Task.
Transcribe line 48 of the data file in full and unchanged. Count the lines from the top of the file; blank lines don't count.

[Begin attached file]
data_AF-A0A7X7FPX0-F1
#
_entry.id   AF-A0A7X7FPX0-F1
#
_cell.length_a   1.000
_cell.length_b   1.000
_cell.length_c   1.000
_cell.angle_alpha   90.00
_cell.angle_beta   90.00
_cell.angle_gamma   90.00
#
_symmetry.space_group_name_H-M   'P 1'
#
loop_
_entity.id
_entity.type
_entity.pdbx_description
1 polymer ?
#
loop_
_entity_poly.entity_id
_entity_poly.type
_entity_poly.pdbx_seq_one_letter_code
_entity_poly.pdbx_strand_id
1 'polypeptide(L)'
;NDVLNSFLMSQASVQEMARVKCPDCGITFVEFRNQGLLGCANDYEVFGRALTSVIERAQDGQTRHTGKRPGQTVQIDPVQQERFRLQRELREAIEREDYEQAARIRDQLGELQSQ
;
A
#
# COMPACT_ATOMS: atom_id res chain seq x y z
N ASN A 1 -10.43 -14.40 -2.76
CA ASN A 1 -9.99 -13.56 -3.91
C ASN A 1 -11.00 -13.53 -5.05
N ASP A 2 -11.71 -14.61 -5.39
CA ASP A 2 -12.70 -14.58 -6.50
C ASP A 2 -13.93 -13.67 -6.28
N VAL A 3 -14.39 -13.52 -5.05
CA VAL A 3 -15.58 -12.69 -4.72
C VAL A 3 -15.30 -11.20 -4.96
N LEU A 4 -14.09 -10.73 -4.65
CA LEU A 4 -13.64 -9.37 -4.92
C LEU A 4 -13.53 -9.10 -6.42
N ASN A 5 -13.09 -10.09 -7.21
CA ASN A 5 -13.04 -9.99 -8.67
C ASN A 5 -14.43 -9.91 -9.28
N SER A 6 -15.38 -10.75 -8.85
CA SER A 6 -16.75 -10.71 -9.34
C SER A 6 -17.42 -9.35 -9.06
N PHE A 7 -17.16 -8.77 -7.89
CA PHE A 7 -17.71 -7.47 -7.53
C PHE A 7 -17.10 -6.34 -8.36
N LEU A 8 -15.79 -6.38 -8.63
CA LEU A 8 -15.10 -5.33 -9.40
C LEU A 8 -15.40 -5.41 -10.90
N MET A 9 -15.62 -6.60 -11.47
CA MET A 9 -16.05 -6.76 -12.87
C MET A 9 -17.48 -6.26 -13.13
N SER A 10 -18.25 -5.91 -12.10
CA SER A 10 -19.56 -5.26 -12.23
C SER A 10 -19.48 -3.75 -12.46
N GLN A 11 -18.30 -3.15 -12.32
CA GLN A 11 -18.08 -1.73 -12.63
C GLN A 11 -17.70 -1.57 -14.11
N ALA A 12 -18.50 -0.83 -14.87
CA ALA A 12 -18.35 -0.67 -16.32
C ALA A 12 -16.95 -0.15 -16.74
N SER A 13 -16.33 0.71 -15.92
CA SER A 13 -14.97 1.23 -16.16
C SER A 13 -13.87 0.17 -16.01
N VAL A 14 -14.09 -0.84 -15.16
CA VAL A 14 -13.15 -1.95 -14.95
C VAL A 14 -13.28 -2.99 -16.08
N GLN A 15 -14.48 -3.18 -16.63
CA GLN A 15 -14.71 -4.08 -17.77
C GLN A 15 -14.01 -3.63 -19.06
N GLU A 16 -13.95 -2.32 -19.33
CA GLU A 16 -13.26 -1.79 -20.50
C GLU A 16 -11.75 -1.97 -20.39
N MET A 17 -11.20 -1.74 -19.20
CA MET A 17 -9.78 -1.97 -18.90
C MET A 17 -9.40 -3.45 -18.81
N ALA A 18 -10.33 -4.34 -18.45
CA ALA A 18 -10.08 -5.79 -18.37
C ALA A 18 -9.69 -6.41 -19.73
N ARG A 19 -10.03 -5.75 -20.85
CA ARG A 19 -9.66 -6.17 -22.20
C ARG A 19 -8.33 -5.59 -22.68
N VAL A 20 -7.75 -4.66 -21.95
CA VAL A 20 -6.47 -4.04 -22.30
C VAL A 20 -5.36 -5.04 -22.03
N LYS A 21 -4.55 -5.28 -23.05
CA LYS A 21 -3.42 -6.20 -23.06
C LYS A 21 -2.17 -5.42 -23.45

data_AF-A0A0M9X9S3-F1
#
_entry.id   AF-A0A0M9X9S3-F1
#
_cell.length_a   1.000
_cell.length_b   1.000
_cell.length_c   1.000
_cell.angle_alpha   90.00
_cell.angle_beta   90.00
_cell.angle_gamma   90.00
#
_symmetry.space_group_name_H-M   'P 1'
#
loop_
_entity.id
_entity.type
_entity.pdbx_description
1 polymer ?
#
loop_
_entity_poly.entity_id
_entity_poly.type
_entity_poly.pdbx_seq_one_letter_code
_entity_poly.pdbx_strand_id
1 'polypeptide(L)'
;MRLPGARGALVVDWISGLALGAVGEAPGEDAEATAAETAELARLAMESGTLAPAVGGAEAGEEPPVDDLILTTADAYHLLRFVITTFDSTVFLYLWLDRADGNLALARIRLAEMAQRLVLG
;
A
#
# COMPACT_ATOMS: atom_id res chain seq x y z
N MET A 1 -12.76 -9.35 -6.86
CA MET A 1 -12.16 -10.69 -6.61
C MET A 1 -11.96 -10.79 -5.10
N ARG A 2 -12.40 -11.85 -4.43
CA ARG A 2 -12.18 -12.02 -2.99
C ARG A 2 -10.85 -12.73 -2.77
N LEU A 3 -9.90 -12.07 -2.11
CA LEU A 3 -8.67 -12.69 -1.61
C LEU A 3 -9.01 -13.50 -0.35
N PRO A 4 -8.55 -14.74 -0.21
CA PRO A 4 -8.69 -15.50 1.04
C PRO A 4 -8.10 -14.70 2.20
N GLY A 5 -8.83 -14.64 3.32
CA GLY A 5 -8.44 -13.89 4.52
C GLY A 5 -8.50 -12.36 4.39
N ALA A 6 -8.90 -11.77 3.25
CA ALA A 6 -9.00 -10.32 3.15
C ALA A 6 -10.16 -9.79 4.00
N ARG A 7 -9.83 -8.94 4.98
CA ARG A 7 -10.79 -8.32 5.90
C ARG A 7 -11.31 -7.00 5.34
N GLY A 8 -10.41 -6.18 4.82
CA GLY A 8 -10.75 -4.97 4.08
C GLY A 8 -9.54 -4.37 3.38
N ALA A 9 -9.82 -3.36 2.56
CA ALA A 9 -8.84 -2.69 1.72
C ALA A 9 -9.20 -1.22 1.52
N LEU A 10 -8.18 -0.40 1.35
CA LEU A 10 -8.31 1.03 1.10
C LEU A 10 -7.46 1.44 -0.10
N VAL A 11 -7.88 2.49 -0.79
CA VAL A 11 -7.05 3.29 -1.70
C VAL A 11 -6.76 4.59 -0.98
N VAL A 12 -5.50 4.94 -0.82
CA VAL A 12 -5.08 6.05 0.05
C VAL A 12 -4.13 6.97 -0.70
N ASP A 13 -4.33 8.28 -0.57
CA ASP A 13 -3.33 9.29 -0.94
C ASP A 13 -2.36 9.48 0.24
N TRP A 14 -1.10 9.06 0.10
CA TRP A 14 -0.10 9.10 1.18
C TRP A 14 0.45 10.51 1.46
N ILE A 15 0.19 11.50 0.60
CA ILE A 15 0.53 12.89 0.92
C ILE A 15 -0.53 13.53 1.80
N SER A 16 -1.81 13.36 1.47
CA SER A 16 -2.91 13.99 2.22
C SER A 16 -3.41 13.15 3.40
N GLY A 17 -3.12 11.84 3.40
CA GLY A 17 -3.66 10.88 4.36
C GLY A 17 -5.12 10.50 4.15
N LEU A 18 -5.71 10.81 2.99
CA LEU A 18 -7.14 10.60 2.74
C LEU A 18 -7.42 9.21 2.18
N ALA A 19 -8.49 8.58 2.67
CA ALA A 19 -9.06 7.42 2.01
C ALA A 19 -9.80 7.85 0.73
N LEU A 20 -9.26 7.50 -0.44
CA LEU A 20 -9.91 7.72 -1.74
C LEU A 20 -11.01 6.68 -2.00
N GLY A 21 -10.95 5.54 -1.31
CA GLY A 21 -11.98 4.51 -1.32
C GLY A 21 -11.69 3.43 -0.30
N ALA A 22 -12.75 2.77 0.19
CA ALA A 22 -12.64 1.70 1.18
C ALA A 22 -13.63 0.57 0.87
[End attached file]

C SER A 6 -17.42 -9.35 -9.06